Mentally preparing yourself can also inform and support your emotional state. Gaither works closely with her patients to help them understand exactly what the process will look like, so they know what to expect.
“The process may involve softening the cervix with a medication that’s either placed in the vagina or given by mouth,” she says. “This, in turn, is followed by administration of an intravenous medication known as Pitocin.”
She explains further that Pitocin is a synthetic form of the hormone, oxytocin. In the case of spontaneous labor, the brain produces oxytocin and it causes uterine contractions. Pitocin creates the same response in the body.
“When advising of an induction, I completely inform my patient of the reasons for the decision, potential outcomes if the induction is not undertaken, process, and of course letting them know that analgesia — be it by vein, or epidural — is readily available.”
In the days leading up to the induction, it is a good idea to practice exercises that feel grounding and calming.
In addition to a full understanding of the process, a birthing class is a great way to feel confident in your own ability to move forward with labor, especially when things aren’t going exactly as you originally planned (one reason many birth educators prefer "birth options" to "birth plans"). These classes are also a great opportunity to connect with other mothers who are in the same circumstances or hear stories about inductions that went well, says Gaither.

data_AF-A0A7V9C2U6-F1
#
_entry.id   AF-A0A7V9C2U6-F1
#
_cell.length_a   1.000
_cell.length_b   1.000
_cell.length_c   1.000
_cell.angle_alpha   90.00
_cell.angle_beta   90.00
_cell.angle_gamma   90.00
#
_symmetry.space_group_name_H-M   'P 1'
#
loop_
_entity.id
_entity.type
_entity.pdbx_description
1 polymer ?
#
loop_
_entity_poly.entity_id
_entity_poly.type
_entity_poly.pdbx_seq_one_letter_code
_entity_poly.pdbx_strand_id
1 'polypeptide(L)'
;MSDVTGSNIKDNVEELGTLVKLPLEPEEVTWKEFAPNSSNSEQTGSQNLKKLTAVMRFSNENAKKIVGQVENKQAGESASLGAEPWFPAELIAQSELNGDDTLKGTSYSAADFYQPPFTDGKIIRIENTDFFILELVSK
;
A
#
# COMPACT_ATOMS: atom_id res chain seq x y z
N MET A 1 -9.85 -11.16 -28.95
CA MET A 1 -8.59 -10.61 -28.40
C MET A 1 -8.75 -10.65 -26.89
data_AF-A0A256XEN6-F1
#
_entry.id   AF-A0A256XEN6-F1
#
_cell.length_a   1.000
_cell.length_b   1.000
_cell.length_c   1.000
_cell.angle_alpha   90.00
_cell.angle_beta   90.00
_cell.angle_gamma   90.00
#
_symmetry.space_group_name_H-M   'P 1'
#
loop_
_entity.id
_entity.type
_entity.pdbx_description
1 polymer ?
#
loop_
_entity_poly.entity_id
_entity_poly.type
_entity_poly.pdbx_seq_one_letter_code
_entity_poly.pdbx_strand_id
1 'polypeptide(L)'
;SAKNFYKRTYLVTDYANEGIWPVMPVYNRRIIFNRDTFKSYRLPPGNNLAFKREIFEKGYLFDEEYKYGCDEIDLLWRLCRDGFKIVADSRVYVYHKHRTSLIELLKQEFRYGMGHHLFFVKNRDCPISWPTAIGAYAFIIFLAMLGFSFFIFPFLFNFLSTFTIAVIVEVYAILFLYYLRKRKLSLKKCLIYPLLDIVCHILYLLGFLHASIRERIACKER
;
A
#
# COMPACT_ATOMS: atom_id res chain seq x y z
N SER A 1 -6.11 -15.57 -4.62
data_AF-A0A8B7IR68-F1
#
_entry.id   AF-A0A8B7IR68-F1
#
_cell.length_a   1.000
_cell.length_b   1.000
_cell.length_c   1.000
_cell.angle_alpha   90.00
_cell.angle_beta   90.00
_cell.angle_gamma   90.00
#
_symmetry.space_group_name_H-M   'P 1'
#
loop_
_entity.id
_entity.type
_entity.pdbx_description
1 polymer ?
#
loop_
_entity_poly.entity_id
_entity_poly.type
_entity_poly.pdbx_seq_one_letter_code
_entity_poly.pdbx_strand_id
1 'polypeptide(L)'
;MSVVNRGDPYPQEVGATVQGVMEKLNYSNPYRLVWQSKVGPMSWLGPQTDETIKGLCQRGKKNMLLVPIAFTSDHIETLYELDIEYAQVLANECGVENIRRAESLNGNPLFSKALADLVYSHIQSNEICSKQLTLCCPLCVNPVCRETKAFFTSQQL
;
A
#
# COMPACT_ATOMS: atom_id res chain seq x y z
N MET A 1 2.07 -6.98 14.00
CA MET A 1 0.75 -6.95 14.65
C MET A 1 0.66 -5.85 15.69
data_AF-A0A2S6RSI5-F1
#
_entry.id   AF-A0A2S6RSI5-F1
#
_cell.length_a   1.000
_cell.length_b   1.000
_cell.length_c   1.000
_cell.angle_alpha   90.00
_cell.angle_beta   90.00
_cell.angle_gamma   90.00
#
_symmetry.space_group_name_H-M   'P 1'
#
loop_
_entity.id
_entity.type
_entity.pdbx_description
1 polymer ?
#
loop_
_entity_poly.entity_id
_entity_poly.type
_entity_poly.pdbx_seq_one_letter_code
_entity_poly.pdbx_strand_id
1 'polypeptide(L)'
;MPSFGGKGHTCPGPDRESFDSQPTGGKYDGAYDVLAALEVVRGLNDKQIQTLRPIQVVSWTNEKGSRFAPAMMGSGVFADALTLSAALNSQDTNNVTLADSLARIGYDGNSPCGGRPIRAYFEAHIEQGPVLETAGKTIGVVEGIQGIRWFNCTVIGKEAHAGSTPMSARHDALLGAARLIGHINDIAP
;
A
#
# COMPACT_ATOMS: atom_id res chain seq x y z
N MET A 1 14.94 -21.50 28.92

Unrealistic expectations of how birth will go are cited as in part responsible for negative experiences of birth, noted a research paper in Nursing Inquiry that called for a focus on the "good enough" birth, "instead of concentrating on promoting normal birth which is very difficult, if not impossible to define in retrospect, or to prospectively promote."
Lastly, in the days leading up to the induction, it is a good idea to practice exercises that feel grounding and calming. Gaither recommends jotting down your thoughts and feelings in a journal, practicing meditation, learning Lamaze, and keeping up with exercise to keep your brain and body feeling well.
If for some reason you suspect your anxiety has reached an unhealthy level, Gaither advises reaching out to your doctor and let them know what you are experiencing.
“Any level of anxiety which results in lack of appetite, sleep, crying bouts, drastic change in behavior should be bought to the attention of the health provider,” she notes.
Inductions might not be your first preference when it comes time to meet your baby, but there are ways to prepare, and that starts with demystifying the process — if you've gotten this far, you're doing great.
If you or someone you know is experiencing depression or anxiety during pregnancy, or in the postpartum period, contact the Postpartum Health Alliance warmline at (888) 724-7240, or Postpartum Support International at (800) 944-4773. If you are thinking of harming yourself or your baby, get help right away by calling the National Suicide Prevention Lifeline at 1-800-273-8255, or dialing 911. For more resources, you can visit Postpartum Support International.